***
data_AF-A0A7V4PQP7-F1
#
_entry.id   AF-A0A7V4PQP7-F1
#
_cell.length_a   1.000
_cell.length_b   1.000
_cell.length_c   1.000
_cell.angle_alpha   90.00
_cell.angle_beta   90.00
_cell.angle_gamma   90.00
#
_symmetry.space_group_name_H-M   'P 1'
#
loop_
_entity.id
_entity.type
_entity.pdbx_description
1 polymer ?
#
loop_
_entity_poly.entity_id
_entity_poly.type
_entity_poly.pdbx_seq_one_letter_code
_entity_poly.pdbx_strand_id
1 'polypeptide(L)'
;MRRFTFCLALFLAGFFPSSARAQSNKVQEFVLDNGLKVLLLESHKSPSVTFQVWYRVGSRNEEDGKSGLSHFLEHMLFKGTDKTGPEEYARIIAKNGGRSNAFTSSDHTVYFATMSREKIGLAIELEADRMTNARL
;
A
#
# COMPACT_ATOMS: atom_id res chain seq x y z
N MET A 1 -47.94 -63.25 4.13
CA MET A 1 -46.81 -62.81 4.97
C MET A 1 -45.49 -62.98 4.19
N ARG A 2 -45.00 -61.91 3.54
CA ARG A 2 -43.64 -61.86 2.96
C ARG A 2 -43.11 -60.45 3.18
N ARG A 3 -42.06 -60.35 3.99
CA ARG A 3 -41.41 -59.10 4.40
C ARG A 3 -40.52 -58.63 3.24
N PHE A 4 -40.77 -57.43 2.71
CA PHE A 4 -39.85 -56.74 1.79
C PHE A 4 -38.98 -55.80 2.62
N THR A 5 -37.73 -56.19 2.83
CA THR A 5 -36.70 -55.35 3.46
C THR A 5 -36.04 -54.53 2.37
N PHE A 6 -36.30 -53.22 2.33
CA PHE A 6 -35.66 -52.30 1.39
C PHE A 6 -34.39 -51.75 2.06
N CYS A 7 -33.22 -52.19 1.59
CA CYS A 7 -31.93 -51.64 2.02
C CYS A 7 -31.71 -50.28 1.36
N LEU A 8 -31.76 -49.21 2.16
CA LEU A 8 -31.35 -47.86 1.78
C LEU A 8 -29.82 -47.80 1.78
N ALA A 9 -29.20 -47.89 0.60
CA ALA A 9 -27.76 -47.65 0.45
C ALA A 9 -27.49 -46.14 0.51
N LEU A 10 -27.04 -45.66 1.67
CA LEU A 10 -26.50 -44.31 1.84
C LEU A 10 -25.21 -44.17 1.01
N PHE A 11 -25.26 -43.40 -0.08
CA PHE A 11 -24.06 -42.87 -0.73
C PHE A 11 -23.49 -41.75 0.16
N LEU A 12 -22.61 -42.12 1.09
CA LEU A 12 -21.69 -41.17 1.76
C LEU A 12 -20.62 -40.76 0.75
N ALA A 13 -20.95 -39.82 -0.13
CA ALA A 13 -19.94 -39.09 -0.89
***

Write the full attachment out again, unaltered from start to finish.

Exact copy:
data_AF-A0A7V4PQP7-F1
#
_entry.id   AF-A0A7V4PQP7-F1
#
_cell.length_a   1.000
_cell.length_b   1.000
_cell.length_c   1.000
_cell.angle_alpha   90.00
_cell.angle_beta   90.00
_cell.angle_gamma   90.00
#
_symmetry.space_group_name_H-M   'P 1'
#
loop_
_entity.id
_entity.type
_entity.pdbx_description
1 polymer ?
#
loop_
_entity_poly.entity_id
_entity_poly.type
_entity_poly.pdbx_seq_one_letter_code
_entity_poly.pdbx_strand_id
1 'polypeptide(L)'
;MRRFTFCLALFLAGFFPSSARAQSNKVQEFVLDNGLKVLLLESHKSPSVTFQVWYRVGSRNEEDGKSGLSHFLEHMLFKGTDKTGPEEYARIIAKNGGRSNAFTSSDHTVYFATMSREKIGLAIELEADRMTNARL
;
A
#
# COMPACT_ATOMS: atom_id res chain seq x y z
N MET A 1 -47.94 -63.25 4.13
CA MET A 1 -46.81 -62.81 4.97
C MET A 1 -45.49 -62.98 4.19
N ARG A 2 -45.00 -61.91 3.54
CA ARG A 2 -43.64 -61.86 2.96
C ARG A 2 -43.11 -60.45 3.18
N ARG A 3 -42.06 -60.35 3.99
CA ARG A 3 -41.41 -59.10 4.40
C ARG A 3 -40.52 -58.63 3.24
N PHE A 4 -40.77 -57.43 2.71
CA PHE A 4 -39.85 -56.74 1.79
C PHE A 4 -38.98 -55.80 2.62
N THR A 5 -37.73 -56.19 2.83
CA THR A 5 -36.70 -55.35 3.46
C THR A 5 -36.04 -54.53 2.37
N PHE A 6 -36.30 -53.22 2.33
CA PHE A 6 -35.66 -52.30 1.39
C PHE A 6 -34.39 -51.75 2.06
N CYS A 7 -33.22 -52.19 1.59
CA CYS A 7 -31.93 -51.64 2.02
C CYS A 7 -31.71 -50.28 1.36
N LEU A 8 -31.76 -49.21 2.16
CA LEU A 8 -31.35 -47.86 1.78
C LEU A 8 -29.82 -47.80 1.78
N ALA A 9 -29.20 -47.89 0.60
CA ALA A 9 -27.76 -47.65 0.45
C ALA A 9 -27.49 -46.14 0.51
N LEU A 10 -27.04 -45.66 1.67
CA LEU A 10 -26.50 -44.31 1.84
C LEU A 10 -25.21 -44.17 1.01
N PHE A 11 -25.26 -43.40 -0.08
CA PHE A 11 -24.06 -42.87 -0.73
C PHE A 11 -23.49 -41.75 0.16
N LEU A 12 -22.61 -42.12 1.09
CA LEU A 12 -21.69 -41.17 1.76
C LEU A 12 -20.62 -40.76 0.75
N ALA A 13 -20.95 -39.82 -0.13
CA ALA A 13 -19.94 -39.09 -0.89